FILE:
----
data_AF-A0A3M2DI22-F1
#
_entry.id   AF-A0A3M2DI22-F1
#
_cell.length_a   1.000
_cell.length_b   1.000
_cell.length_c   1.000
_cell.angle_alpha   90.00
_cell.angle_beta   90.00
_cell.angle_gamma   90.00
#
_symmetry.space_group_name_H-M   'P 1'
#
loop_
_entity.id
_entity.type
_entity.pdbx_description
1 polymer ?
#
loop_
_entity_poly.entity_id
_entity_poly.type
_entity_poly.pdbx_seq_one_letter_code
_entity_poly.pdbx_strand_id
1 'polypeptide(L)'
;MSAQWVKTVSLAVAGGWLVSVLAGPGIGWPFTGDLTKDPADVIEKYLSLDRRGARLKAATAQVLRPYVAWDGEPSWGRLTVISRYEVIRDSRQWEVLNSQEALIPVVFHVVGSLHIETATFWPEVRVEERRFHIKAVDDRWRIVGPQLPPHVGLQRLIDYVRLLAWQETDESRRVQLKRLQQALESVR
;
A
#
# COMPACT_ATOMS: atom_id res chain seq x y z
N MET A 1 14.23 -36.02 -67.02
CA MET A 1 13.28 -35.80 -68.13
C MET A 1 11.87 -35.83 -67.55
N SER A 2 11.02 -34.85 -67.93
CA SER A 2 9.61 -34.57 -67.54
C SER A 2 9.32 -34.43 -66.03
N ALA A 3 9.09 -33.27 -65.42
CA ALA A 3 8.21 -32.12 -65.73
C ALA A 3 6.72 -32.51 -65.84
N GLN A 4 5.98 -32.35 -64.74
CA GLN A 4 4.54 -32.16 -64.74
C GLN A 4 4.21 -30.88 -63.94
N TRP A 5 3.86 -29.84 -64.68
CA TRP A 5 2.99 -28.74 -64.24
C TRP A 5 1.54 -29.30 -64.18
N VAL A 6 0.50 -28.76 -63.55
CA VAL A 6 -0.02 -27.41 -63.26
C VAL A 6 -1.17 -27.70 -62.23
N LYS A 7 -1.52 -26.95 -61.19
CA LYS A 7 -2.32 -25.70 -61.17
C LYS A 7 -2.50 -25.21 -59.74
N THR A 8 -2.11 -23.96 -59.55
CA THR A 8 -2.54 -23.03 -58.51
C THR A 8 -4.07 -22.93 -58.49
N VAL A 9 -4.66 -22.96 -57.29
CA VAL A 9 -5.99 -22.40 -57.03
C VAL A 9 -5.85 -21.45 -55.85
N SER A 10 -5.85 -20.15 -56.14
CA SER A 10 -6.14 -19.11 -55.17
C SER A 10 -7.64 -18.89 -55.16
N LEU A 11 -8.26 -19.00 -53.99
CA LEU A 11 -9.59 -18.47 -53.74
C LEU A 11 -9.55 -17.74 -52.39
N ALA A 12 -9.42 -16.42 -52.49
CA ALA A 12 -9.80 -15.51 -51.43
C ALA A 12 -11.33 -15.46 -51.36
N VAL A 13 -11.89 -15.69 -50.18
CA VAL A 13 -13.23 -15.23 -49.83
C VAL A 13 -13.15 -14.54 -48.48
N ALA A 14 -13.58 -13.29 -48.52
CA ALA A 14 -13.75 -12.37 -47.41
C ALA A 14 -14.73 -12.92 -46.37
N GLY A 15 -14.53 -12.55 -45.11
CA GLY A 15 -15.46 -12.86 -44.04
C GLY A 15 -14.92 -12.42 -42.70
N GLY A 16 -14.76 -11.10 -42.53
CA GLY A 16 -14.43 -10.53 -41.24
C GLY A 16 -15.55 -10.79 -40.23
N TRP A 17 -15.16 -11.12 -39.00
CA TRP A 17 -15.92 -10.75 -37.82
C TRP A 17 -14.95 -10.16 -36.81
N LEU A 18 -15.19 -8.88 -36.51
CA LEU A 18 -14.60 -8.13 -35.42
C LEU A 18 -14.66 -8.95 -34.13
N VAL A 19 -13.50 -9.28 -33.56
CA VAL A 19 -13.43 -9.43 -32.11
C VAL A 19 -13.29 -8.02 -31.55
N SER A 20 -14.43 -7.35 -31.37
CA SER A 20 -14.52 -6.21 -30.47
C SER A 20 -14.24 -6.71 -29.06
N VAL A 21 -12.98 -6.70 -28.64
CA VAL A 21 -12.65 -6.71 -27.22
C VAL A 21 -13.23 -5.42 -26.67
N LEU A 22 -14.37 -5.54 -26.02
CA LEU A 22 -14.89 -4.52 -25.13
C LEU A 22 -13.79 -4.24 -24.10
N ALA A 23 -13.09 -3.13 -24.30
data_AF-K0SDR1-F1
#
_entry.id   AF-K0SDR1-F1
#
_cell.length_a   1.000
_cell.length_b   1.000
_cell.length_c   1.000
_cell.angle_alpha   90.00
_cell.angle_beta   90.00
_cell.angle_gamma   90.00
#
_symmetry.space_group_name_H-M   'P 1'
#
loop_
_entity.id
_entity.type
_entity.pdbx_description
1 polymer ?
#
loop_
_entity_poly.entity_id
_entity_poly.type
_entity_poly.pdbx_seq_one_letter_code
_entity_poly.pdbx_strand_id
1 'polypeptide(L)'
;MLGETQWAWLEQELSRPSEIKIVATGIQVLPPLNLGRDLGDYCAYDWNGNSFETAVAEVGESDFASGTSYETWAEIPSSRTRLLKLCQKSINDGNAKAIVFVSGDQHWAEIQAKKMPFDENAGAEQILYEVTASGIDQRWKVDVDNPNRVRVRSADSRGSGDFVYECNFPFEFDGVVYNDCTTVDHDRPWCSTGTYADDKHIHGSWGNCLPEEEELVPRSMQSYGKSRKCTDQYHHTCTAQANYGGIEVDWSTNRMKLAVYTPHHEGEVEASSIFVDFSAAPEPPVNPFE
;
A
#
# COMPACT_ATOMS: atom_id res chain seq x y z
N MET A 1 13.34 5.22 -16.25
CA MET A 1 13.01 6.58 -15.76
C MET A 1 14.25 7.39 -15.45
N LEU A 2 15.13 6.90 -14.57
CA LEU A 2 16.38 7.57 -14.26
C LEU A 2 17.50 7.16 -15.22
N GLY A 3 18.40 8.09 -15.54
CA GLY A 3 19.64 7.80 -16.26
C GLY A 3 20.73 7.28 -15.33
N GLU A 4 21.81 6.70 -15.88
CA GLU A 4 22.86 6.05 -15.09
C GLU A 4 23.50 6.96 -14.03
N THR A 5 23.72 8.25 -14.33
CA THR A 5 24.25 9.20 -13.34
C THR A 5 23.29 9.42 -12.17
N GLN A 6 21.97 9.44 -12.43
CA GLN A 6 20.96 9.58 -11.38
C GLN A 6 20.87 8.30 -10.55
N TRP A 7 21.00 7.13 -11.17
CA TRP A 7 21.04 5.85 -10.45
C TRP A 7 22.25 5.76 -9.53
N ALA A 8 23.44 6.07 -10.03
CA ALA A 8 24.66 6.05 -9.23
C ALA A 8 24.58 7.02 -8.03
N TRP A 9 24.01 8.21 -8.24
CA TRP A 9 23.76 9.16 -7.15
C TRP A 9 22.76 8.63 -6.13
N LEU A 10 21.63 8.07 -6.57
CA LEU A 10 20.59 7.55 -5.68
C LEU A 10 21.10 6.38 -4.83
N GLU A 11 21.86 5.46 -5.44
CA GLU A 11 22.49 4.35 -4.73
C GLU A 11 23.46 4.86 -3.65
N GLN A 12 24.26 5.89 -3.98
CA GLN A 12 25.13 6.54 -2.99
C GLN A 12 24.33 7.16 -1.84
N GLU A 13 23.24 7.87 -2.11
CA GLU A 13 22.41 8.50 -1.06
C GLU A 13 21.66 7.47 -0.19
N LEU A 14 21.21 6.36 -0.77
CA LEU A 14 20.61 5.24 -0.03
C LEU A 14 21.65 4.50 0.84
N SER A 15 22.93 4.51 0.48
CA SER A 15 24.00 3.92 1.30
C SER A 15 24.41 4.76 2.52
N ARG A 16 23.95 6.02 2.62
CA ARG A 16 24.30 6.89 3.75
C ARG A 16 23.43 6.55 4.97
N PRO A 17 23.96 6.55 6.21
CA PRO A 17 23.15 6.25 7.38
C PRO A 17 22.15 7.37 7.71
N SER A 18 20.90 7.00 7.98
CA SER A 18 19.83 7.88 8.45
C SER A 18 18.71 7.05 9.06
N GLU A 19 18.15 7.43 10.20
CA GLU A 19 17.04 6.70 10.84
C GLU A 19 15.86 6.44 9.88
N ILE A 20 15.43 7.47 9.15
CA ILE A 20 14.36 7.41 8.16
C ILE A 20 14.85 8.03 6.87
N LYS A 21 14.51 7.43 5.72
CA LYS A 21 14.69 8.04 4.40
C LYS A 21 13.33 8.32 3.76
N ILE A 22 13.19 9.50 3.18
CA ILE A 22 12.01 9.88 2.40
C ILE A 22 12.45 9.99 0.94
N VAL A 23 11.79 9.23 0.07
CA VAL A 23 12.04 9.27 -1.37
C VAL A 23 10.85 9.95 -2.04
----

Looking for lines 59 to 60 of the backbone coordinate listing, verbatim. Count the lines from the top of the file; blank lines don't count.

CA SER A 10 -6.14 -19.11 -55.17
C SER A 10 -7.64 -18.89 -55.16